The reflections of this book's title are of course the author's own and as with all autobiographies we are left wondering how honestly people and events have been portrayed. This hardly matters since, ultimately, the most haunting impression is the relationship between Galdikas and her subjects or, more generally, between humans and orangutans. Galdikas is a bridge between different worlds and through her eyes we experience an unsettling blurring of the distinction between human and animal. When a cook is raped and the rapist happens not to be a human and when Galdikas's adopted child is removed by her jealous husband when she is out of camp and that child also happens not to be human, the forests of Borneo begin to take on an other-worldly feeling. Yet while Galdikas may be a bridge, she really only serves to accentuate the distance between the two worlds of ape and human. This is no better exemplified than in a scene in which adolescent captive orangutans gaze off in a distant reverie while masturbating through the bars of their cage into the hands of their embarrassed owner, the genteel wife of an army commander.

In contrast, Kanzi: The Ape at the Brink of the Human Mind comprises a determined effort on the part of its authors to dismantle the barrier between ourselves and another species of ape. Ensconced in the Language Research Center, Atlanta, Sue Savage-Rumbaugh is chiselling away at the cracks that she sees appearing in our concept of human uniqueness. Her subject is the bonobo, or pygmy chimpanzee, a maverick that has recently received much media attention not least as a result of its sexual proclivities.

The bad guys in this story are the linguists, inherently critical of ape language research since it undermines the primacy of language as a tool for laying bare the design of the human mind. This research faltered in the 1970s with the defection of Herbert Terrace who concluded that the thousands of hours teaching his subject, Nim Chimpsky, sign language had resulted in little more than conditioned associative learning. The Chomsky school, for whom grammar was the beginning and end of language, was vindicated, since grammar was exactly what eluded Nim. Savage-Rumbaugh still seems to have difficulty publishing her work and the unlikely choice of a popular science format (with popular science writer Roger Lewin) for this heady mix of linguistics and comparative psychology may reflect her frustration being unable to communicate the import of her work to scientists whom she feels will only see the design details, not the animal itself.

In her research program, Savage-Rumbaugh showed considerable foresight in choosing to concentrate on words rather than on grammar: in particular on words' vital properties of reference and intentionality. Since language is a communicative act, Savage-Rumbaugh embraces this fact, providing naturalistic scenarios for her (originally common chimpanzee) subjects to "talk" to each other in order to obtain goals. They achieve this through the use of a keyboard in which arbitrary symbols are used as words.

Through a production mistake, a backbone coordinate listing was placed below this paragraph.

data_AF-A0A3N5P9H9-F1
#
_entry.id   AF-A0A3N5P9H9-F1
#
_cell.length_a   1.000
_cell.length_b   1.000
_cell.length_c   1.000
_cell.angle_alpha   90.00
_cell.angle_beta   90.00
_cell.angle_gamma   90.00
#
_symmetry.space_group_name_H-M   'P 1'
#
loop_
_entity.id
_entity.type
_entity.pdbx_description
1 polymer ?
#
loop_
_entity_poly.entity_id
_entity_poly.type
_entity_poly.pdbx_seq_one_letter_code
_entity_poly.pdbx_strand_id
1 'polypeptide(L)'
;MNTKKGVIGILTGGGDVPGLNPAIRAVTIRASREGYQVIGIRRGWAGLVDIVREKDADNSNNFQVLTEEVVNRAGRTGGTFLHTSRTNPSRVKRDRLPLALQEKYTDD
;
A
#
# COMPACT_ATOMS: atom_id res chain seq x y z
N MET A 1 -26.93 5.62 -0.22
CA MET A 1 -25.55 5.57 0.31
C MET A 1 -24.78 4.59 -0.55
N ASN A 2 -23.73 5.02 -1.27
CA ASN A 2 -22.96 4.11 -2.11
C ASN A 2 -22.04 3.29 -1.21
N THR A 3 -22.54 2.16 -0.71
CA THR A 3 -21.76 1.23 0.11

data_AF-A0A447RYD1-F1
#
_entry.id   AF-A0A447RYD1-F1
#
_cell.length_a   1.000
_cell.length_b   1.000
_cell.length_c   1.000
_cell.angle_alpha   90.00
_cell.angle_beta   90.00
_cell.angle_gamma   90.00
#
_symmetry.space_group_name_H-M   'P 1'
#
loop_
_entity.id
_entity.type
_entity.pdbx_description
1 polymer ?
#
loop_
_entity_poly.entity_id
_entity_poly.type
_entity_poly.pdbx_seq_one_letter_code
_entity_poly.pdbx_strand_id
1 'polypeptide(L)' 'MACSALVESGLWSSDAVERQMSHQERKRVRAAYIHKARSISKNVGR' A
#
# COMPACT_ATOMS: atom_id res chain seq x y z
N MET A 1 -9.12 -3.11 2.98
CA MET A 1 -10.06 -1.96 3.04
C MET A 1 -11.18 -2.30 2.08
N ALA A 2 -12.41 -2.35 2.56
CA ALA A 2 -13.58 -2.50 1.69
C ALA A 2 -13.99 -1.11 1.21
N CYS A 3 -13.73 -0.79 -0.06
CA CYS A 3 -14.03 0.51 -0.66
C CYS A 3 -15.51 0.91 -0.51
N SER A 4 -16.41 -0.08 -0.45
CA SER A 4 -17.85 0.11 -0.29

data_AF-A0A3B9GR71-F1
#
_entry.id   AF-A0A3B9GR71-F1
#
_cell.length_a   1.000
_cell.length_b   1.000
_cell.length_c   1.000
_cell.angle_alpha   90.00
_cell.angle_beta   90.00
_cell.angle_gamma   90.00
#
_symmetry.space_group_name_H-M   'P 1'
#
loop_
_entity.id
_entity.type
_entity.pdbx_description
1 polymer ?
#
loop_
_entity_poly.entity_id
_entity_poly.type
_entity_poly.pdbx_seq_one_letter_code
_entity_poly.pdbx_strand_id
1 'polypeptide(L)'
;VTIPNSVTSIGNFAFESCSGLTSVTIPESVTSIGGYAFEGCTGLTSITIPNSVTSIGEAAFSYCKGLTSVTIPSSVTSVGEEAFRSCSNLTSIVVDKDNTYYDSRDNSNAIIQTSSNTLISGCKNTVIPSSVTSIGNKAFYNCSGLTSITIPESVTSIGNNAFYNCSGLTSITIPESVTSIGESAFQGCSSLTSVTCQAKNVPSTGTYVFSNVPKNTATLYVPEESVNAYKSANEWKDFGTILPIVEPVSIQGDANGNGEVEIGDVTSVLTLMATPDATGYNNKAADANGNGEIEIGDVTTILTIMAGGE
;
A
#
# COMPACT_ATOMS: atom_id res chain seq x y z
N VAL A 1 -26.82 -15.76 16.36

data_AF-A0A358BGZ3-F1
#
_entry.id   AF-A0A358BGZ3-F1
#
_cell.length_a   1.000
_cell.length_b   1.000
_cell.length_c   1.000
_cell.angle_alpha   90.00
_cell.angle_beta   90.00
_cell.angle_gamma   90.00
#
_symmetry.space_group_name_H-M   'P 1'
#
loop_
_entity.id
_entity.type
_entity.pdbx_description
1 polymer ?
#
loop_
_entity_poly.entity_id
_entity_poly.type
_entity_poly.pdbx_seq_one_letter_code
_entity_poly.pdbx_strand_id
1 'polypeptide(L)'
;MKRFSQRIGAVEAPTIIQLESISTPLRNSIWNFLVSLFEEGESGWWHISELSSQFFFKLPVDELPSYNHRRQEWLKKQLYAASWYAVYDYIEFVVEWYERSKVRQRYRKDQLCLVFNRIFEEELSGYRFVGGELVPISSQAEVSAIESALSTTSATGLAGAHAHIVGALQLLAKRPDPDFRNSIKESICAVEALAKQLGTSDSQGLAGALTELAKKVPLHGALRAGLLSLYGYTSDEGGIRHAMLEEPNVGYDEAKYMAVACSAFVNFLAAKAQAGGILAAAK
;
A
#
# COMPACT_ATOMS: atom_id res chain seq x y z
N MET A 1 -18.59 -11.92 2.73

Kanzi, a bonobo, stands alone, however. First, he began to use his mother's keyboard spontaneously, without training, in the manner that human children begin to talk. Second, if we are to believe events in this book, Kanzi not only appreciated grammar but went so far as to invent grammatical conventions for his own use. Add to this his apparent ability to understand spoken English and a flair for fashioning flint tools, and the authors' case for a living, breathing model of hominid ancestors becomes ever more persuasive. Savage-Rumbaugh takes a far-reaching view of the implications of her research for human evolution. The idea that neurally, biologically, another animal may be capable of language implies for her that language is a recent, cultural invention like agriculture. This is an upsetting conclusion for guardians of human uniqueness, and in these speculative chapters Savage-Rumbaugh is sure to upset many people.

Theoretical axe-grinding and the exacting nature of science can cause us to lose sight of the wonder of its creations. The truly chilling prospect that Kanzi raises does not concern human origins, but Kanzi himself. When the philosopher Thomas Nagel asked "what is it like to be a bat?" he concluded: we can never know. What is it like to be a bonobo? What might Nagel have penned after a discussion with Kanzi?

Thomas Sambrook is a member of the Scottish Primate Research Group, Universities of St Andrews and Stirling.

Reflections on Eden: My life with the Orangutangs of Borneo

Author - Birute M. F. Galdikas
ISBN - 0 575 05986 9
Publisher - Gollancz
Price - £16.99
Pages - 408pp